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Effective immediately, employer-employee arbitration agreements common in business may no longer compel employees to arbitrate disputes concerning allegations of sexual assault or sexual harassment. This is the result of the enactment of the Ending Forced Arbitration of Sexual Assault and Sexual Harassment Act (“EFA”), H.R. 4445. The EFA amends the Federal Arbitration Act to say that:

…at the election of the person alleging conduct constituting a sexual harassment dispute or sexual assault dispute, or the named representative of a class or in a collective action alleging such conduct, no predispute arbitration agreement or predispute joint-action waiver shall be valid or enforceable with respect to a case which is filed under Federal, Tribal, or State law and relates to the sexual assault dispute or the sexual harassment dispute.

The Ending Forced Arbitration Act and Class Actions

Notably, the EFA voids the class or collective action waivers common in arbitration clauses. Many arbitration clauses not only require the employees who sign them to waive their rights to go to court in employment disputes, but also limit arbitration to single employee claims, not class actions. This removes a major advantage for employers.

The law also provides that the determination of whether a dispute is covered by the EFA is made by a judge, not by an arbitrator.

Ending Forced Arbitration Act is Retroactive

Employers should be aware that the law is not only effective immediately, it is retroactive. That is, even if an employee signed an arbitration agreement years ago, any sexual assault or harassment claim he or she has goes to court. However, ongoing arbitrations of sexual assault/harassment claims that have already accrued are not affected, and arbitration cases already completed cannot be reopened.

One foreseeable effect of the EFA is that it will create tactical dilemmas for employers in situations where employees who have signed arbitration agreements allege both sexual harassment and other claims. Will the employer choose to bifurcate the case, letting the other claims go to arbitration while the sexual harassment claim goes to court, or will it make more sense to have the entire matter heard by a judge (and, of course, a jury)?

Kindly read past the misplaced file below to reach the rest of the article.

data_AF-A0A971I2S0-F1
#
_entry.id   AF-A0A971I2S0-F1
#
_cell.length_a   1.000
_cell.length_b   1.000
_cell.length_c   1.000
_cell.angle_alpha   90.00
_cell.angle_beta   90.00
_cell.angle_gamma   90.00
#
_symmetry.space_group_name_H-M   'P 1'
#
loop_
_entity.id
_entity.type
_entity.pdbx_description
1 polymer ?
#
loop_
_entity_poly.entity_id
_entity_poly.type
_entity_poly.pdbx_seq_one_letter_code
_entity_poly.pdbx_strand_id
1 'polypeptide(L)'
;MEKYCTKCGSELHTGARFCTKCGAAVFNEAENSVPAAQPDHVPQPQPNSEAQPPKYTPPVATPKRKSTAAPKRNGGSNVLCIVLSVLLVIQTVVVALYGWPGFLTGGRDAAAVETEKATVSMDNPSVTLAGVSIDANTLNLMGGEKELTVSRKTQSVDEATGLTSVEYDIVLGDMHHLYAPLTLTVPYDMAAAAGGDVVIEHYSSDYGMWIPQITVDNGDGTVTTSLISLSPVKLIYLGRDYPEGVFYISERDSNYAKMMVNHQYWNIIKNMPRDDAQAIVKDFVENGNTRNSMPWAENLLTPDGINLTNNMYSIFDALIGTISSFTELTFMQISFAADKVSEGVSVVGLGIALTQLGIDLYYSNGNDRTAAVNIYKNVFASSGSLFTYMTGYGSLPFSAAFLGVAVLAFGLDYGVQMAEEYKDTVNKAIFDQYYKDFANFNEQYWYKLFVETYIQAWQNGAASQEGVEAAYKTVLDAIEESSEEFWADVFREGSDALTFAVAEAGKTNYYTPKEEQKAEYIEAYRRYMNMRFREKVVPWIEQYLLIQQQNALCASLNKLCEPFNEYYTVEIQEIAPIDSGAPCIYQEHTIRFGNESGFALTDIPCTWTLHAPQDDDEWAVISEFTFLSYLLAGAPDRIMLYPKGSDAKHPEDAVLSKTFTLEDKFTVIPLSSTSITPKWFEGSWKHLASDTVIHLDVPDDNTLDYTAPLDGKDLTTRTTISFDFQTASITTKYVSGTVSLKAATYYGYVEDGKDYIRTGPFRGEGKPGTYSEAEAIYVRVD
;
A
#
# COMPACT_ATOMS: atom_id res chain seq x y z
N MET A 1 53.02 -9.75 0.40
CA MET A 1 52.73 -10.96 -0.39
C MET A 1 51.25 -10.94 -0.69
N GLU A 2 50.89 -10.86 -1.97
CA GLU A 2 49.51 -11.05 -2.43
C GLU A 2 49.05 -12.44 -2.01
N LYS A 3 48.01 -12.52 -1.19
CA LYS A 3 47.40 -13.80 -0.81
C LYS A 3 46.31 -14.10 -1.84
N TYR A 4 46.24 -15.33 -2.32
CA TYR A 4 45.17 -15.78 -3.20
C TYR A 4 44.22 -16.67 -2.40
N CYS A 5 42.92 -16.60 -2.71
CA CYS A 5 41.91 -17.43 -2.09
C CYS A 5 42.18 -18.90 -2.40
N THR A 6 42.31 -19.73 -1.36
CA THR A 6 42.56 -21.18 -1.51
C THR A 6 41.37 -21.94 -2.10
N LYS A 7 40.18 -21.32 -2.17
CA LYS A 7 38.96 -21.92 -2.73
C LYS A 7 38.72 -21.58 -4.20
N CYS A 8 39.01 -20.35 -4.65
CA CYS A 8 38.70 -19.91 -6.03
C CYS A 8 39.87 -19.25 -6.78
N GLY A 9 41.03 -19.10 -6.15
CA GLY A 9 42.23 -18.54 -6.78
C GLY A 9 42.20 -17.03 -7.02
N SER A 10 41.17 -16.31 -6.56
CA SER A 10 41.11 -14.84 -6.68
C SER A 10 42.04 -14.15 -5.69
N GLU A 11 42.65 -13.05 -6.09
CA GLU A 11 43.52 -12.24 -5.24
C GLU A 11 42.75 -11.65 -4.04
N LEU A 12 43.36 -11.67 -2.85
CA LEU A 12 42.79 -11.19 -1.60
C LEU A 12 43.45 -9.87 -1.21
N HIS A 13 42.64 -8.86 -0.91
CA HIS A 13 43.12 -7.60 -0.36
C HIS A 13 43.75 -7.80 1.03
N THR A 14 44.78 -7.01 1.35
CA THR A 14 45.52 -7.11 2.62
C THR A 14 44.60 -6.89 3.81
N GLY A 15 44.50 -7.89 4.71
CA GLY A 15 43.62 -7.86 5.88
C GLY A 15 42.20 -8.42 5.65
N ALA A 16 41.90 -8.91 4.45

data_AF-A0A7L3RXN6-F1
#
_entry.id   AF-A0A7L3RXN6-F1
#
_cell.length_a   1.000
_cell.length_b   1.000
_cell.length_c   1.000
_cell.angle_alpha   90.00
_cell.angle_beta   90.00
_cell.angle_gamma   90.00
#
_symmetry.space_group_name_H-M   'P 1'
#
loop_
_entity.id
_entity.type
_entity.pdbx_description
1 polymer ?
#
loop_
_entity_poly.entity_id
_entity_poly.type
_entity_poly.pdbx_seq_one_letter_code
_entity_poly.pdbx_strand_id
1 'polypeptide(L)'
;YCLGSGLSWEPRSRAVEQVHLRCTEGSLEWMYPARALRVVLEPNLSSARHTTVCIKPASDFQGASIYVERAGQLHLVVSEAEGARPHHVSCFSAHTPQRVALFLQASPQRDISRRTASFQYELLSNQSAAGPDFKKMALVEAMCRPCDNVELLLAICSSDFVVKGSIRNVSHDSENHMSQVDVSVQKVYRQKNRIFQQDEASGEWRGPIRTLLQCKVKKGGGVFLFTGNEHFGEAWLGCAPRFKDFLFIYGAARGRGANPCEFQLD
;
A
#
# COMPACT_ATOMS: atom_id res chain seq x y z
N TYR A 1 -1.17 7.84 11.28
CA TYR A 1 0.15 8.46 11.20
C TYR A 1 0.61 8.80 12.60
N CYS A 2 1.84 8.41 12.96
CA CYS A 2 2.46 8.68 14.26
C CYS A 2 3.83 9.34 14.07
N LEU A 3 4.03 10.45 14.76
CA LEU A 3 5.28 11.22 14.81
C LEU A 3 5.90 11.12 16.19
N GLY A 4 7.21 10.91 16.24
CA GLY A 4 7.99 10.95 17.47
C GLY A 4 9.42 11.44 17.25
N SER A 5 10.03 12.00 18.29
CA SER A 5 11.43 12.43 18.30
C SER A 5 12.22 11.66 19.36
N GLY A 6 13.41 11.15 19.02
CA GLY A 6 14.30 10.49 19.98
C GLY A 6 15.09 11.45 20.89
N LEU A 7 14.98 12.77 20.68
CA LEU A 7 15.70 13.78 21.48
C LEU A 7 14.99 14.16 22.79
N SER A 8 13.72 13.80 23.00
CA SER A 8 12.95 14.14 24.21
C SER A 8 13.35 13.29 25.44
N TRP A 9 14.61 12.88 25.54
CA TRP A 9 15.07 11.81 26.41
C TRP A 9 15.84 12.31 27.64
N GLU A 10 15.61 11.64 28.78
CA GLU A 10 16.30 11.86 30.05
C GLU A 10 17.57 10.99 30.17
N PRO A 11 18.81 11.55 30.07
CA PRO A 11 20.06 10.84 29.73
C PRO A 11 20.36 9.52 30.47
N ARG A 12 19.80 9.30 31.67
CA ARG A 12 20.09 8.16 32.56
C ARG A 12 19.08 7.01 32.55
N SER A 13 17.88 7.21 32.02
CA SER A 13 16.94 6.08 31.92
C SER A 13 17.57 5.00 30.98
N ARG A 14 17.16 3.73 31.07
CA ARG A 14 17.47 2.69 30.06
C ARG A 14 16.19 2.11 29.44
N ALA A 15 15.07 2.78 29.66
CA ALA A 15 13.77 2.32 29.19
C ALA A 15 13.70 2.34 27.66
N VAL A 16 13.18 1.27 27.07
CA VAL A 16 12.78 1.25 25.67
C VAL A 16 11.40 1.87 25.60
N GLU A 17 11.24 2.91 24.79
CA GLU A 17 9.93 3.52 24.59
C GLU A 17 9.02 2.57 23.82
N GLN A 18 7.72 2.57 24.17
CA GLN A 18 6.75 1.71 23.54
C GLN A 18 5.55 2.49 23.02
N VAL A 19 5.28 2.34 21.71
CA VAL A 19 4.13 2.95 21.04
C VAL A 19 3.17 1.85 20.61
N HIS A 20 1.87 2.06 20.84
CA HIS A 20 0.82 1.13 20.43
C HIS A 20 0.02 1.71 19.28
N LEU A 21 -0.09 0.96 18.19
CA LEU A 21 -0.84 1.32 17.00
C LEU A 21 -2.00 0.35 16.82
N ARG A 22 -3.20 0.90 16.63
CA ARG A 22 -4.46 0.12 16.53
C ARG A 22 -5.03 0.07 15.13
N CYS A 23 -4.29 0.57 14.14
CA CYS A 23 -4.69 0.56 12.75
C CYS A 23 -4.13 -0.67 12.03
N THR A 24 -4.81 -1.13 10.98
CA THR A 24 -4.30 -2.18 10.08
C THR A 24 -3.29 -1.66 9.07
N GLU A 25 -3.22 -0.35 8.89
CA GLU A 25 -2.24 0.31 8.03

Finally, the Act is not limited to employment cases. It is potentially applicable to other situations involving clients, customers, or consumers where allegations of sexual harassment or sexual assault have been raised. Many consumer services contracts have arbitration clauses (think rideshare apps). To the extent disputes arise between the parties and involve sexual assault or harassment allegations, the EFA would appear to void those arbitration clauses as well.



Avatar of Brian Farrington
Brian T. Farrington is a Shareholder and Section Head of the Cowles and Thompson Employment Law section. His practice consists of transactional work and litigation advising and representing management concerning employment law, and particularly in the areas of Fair Labor Standards Act and Equal Employment Opportunity laws. He consults with employers to assist them in compliance and to represent them in investigations by the U.S. Department of Labor, Wage and Hour Division. Brian also advises clients on compliance with state wage and hour laws and represents them in investigations by state Departments of Labor. He also advises on matters related to Texas Workforce Commission unemployment eligibility, government contracts labor standards (Davis Bacon Act, Service Contract Act), OSHA 11(c), and state wage payment laws. Brian has represented clients in litigation under the FLSA, Title VII, the ADEA, and the ADA. Prior to becoming an attorney, Brian spent 12 years working with the US Department of Labor Wage & Hour Division. He has served as an Expert Witness in FLSA employment matters, and is a trained employment-related mediator.